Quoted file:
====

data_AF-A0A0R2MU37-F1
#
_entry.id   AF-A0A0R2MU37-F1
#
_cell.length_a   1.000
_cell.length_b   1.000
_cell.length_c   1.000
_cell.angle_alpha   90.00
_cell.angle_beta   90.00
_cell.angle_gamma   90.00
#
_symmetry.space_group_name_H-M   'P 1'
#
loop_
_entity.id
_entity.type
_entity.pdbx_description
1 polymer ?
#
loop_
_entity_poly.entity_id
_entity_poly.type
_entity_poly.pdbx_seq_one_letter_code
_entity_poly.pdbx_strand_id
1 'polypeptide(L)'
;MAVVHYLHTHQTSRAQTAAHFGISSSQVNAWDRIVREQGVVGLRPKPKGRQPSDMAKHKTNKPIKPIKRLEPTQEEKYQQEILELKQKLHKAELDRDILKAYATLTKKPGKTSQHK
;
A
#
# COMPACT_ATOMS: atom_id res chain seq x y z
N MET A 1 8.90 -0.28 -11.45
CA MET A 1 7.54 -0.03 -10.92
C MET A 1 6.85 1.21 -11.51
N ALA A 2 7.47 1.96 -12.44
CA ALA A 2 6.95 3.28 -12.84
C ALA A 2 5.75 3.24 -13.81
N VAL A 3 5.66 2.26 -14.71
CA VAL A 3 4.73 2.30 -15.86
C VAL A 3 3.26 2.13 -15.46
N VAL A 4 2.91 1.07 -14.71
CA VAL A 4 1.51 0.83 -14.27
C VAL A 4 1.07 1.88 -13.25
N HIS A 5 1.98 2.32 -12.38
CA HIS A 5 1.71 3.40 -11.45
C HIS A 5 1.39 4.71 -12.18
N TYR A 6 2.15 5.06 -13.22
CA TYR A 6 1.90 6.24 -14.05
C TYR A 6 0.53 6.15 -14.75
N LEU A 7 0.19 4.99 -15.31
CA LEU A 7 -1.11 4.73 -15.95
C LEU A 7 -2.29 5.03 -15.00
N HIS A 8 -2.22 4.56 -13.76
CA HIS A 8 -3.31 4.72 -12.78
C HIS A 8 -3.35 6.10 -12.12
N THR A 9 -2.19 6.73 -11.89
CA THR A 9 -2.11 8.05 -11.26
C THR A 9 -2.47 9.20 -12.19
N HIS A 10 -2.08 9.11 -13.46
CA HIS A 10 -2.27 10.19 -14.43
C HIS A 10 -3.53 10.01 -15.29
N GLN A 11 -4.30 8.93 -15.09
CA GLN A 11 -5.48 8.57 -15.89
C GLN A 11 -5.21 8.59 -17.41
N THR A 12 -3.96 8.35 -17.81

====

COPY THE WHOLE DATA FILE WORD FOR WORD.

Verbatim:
data_AF-A0A0R2MU37-F1
#
_entry.id   AF-A0A0R2MU37-F1
#
_cell.length_a   1.000
_cell.length_b   1.000
_cell.length_c   1.000
_cell.angle_alpha   90.00
_cell.angle_beta   90.00
_cell.angle_gamma   90.00
#
_symmetry.space_group_name_H-M   'P 1'
#
loop_
_entity.id
_entity.type
_entity.pdbx_description
1 polymer ?
#
loop_
_entity_poly.entity_id
_entity_poly.type
_entity_poly.pdbx_seq_one_letter_code
_entity_poly.pdbx_strand_id
1 'polypeptide(L)'
;MAVVHYLHTHQTSRAQTAAHFGISSSQVNAWDRIVREQGVVGLRPKPKGRQPSDMAKHKTNKPIKPIKRLEPTQEEKYQQEILELKQKLHKAELDRDILKAYATLTKKPGKTSQHK
;
A
#
# COMPACT_ATOMS: atom_id res chain seq x y z
N MET A 1 8.90 -0.28 -11.45
CA MET A 1 7.54 -0.03 -10.92
C MET A 1 6.85 1.21 -11.51
N ALA A 2 7.47 1.96 -12.44
CA ALA A 2 6.95 3.28 -12.84
C ALA A 2 5.75 3.24 -13.81
N VAL A 3 5.66 2.26 -14.71
CA VAL A 3 4.73 2.30 -15.86
C VAL A 3 3.26 2.13 -15.46
N VAL A 4 2.91 1.07 -14.71
CA VAL A 4 1.51 0.83 -14.27
C VAL A 4 1.07 1.88 -13.25
N HIS A 5 1.98 2.32 -12.38
CA HIS A 5 1.71 3.40 -11.45
C HIS A 5 1.39 4.71 -12.18
N TYR A 6 2.15 5.06 -13.22
CA TYR A 6 1.90 6.24 -14.05
C TYR A 6 0.53 6.15 -14.75
N LEU A 7 0.19 4.99 -15.31
CA LEU A 7 -1.11 4.73 -15.95
C LEU A 7 -2.29 5.03 -15.00
N HIS A 8 -2.22 4.56 -13.76
CA HIS A 8 -3.31 4.72 -12.78
C HIS A 8 -3.35 6.10 -12.12
N THR A 9 -2.19 6.73 -11.89
CA THR A 9 -2.11 8.05 -11.26
C THR A 9 -2.47 9.20 -12.19
N HIS A 10 -2.08 9.11 -13.46
CA HIS A 10 -2.27 10.19 -14.43
C HIS A 10 -3.53 10.01 -15.29
N GLN A 11 -4.30 8.93 -15.09
CA GLN A 11 -5.48 8.57 -15.89
C GLN A 11 -5.21 8.59 -17.41
N THR A 12 -3.96 8.35 -17.81